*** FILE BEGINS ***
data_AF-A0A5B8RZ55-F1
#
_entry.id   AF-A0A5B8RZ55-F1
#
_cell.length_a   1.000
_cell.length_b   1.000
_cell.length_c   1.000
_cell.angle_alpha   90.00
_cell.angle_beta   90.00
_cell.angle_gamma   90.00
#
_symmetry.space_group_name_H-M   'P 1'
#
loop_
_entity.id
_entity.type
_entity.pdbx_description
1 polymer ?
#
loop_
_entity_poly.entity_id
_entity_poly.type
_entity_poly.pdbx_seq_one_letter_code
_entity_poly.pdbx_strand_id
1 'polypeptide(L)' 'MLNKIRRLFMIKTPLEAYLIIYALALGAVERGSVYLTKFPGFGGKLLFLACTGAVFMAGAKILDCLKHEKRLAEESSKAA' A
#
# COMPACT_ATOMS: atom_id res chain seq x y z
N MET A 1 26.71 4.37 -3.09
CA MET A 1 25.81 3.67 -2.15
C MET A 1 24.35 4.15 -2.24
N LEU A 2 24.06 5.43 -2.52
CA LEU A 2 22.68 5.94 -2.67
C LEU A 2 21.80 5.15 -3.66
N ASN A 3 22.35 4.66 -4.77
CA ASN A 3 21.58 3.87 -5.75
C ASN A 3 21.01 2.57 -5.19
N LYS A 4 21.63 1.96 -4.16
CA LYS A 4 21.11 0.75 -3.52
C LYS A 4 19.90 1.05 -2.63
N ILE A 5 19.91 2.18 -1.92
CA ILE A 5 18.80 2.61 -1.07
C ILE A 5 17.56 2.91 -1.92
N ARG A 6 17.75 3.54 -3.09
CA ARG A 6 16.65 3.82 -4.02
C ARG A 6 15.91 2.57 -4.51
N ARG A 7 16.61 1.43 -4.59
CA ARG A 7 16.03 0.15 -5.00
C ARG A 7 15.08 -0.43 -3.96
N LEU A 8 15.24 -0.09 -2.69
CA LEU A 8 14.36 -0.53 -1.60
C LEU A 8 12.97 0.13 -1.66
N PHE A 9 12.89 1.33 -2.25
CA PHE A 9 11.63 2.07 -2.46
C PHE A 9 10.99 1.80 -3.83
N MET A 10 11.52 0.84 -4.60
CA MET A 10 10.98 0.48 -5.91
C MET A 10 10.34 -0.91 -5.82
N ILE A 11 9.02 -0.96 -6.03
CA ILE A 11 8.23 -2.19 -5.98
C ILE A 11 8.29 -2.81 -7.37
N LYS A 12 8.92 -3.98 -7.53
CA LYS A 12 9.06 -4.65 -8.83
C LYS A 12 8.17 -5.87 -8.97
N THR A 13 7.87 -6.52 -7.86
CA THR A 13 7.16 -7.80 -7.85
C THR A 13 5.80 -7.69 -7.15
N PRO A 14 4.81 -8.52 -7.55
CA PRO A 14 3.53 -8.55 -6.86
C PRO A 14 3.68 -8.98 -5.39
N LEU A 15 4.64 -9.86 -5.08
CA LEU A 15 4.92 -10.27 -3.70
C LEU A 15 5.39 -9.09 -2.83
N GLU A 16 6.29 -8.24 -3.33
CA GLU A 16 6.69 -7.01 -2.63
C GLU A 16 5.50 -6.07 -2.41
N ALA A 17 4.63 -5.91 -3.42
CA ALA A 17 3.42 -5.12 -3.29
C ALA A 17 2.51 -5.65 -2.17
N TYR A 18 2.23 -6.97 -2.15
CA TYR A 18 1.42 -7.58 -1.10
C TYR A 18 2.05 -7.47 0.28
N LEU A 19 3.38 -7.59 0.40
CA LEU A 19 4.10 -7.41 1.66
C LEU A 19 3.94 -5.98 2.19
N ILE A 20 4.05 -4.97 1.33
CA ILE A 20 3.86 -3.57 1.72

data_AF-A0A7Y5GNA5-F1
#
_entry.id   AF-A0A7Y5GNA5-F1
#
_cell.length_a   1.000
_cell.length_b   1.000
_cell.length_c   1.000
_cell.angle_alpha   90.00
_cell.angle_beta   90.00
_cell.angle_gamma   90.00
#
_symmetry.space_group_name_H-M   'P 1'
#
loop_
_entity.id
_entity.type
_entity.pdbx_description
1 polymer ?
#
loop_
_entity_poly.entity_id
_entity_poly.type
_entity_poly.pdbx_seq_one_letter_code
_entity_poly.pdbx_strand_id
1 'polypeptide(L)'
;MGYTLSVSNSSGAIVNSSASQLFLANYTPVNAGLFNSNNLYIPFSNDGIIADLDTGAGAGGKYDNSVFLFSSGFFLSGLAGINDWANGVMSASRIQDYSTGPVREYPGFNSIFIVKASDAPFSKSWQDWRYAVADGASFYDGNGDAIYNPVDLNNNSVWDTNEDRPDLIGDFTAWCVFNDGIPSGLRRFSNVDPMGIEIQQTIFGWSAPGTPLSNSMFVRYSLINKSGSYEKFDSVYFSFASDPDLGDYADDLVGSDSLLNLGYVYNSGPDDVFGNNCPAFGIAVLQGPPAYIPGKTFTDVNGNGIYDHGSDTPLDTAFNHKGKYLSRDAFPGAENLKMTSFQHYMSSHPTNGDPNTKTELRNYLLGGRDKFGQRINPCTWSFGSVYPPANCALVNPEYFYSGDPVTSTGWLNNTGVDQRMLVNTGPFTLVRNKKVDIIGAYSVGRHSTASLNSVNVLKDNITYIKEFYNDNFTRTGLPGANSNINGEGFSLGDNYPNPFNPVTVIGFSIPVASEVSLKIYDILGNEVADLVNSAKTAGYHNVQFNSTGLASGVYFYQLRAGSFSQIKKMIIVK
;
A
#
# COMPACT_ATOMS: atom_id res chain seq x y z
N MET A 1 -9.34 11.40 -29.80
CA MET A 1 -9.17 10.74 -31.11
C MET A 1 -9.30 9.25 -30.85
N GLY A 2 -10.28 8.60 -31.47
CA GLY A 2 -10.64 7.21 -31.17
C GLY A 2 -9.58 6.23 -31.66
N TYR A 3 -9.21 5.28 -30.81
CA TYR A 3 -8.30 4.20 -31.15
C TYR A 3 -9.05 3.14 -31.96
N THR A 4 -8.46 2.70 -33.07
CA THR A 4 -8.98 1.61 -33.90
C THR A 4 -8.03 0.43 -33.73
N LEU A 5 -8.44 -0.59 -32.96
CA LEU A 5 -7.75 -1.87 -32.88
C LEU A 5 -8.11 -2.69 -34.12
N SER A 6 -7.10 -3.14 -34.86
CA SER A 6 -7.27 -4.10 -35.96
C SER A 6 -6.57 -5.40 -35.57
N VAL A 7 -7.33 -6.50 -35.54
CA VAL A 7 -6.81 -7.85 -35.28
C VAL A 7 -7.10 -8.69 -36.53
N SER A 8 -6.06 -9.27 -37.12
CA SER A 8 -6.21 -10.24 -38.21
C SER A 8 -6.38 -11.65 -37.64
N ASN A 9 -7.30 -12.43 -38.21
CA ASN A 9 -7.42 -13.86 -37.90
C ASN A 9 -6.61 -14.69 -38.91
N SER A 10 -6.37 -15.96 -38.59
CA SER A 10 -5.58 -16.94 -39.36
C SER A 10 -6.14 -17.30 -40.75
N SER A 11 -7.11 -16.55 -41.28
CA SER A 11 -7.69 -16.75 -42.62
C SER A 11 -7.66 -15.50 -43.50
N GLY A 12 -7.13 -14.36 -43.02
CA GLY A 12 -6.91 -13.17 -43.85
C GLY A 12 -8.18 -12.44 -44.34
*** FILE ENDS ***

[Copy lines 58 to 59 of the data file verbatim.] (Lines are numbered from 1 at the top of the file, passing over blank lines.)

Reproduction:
N ILE A 11 9.02 -0.96 -6.03
CA ILE A 11 8.23 -2.19 -5.98